# Introduction to Statistics

# Welcome to Statistics!

## For the Student

There are a lot of ways to approach an introductory statistics class. Historically, the topics found in this text have been taught in a way that emphasizes hand calculations and the use of tables full of numbers.

My philosophy is a little different. This class is designed for students who will need to read statistical results and may need to produce basic statistics using a computer. If you go on to be a scientist and need more statistical know how, this course will give you enough background knowledge to take the inevitable next course in statistics. There is plenty of math in this text, but none of these situations require the ability to do that math by hand.

In many sections, the math is provided and explained but not emphasized. This is intentional. Instead, we focus on the “why”… Why do we care about this topic? Why is this concept important? Why do I run this test when I have that kind of data? …and we focus on the interpretation. What does this number tell us about an experiment? What can we conclude based on these statistical results?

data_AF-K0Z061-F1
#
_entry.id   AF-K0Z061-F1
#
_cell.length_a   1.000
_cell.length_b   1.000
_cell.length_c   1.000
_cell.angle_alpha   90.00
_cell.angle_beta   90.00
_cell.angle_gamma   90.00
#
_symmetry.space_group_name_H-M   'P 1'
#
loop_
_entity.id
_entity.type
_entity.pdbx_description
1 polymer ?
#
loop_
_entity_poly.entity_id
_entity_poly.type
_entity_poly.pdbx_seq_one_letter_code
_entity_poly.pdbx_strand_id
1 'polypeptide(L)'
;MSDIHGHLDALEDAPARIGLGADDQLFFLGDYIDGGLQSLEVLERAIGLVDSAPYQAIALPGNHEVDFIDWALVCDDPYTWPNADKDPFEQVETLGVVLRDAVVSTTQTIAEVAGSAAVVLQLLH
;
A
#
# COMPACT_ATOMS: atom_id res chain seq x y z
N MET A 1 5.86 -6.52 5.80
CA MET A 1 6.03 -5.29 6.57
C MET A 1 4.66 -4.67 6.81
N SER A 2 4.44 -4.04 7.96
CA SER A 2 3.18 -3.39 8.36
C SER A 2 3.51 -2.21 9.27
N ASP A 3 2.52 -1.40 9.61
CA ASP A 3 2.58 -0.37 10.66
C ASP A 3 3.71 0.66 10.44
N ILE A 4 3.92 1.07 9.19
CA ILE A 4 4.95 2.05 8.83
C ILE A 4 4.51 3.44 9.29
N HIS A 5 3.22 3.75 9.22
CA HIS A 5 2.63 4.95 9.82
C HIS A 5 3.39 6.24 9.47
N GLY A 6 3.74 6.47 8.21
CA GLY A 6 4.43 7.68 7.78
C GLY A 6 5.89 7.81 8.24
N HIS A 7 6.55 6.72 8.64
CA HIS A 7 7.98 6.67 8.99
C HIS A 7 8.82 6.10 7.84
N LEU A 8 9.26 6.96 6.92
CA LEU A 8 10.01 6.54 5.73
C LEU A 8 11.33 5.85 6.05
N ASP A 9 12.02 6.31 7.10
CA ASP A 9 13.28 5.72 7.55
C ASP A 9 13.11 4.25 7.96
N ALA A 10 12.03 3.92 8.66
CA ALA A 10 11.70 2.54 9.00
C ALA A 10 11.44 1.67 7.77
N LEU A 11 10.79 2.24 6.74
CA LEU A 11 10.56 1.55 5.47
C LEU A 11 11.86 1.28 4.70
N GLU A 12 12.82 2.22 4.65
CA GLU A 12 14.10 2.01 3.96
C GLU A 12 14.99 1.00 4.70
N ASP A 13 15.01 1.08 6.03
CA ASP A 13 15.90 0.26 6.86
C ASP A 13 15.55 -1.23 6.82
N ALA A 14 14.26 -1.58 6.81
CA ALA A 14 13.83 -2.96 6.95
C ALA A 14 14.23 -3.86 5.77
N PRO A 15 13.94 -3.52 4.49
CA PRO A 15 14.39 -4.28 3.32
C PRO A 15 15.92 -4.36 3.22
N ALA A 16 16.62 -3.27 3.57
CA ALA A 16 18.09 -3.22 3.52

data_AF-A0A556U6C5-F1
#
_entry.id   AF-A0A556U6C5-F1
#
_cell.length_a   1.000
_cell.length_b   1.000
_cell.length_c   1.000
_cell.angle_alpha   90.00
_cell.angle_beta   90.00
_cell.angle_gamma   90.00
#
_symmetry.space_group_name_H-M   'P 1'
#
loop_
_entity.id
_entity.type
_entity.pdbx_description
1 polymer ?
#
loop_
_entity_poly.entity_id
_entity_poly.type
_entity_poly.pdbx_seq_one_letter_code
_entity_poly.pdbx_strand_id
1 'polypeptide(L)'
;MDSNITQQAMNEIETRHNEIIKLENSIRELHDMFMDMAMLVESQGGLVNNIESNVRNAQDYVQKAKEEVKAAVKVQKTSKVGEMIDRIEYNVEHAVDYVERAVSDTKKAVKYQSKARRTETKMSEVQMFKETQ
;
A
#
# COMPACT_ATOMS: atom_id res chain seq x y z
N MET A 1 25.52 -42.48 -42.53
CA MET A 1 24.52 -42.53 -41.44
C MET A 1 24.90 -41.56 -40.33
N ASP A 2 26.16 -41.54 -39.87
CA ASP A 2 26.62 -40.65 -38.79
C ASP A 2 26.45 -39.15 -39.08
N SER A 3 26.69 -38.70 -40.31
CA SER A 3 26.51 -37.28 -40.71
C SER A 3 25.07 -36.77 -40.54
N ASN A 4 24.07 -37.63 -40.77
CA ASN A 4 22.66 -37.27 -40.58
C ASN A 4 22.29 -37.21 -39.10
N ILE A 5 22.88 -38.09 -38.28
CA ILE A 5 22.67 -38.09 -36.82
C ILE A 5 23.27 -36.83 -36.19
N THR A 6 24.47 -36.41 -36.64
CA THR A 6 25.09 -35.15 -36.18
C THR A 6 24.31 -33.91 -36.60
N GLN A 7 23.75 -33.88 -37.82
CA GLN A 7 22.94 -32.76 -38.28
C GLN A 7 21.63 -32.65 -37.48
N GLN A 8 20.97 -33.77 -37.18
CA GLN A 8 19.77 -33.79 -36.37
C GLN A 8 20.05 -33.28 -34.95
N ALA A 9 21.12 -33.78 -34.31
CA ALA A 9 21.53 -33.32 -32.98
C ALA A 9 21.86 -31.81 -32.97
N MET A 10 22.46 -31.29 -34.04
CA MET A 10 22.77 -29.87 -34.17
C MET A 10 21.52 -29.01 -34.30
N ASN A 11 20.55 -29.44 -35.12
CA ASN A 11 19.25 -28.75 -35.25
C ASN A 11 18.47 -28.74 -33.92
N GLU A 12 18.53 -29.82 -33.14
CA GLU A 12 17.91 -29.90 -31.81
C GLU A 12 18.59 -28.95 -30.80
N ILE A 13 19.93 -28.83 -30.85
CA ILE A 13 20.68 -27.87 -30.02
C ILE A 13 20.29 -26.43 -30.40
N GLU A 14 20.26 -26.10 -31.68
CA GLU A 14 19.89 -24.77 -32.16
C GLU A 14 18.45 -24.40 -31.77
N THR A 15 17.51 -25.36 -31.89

We see statistics all the time in the media - in the form of graphs, tables, averages, predictions about elections or sports, you name it! Hopefully, by learning the whys and the interpretation, you will finish this text feeling like you can read and understand statistical results when you run into them in the real world.

### R Programming

This text is designed to teach you introductory statistics with the option to learn some R (a statistical programming language) along the way. As a result, some sections have some introductory material on R. R is an incredibly powerful tool, but we’re going to keep it relatively simple. Using R will save us the headache of doing a lot of calculations by hand.

For right now, you can run R right here in the course notes! This is exactly what you will see on the rdrr.io website. Type in your command and click the green “Run” button. Try running the command `print("Welcome to Statistics!")`

.

If it prints out “Sorry, something went wrong. All I know is:”, just press the “Run” button again.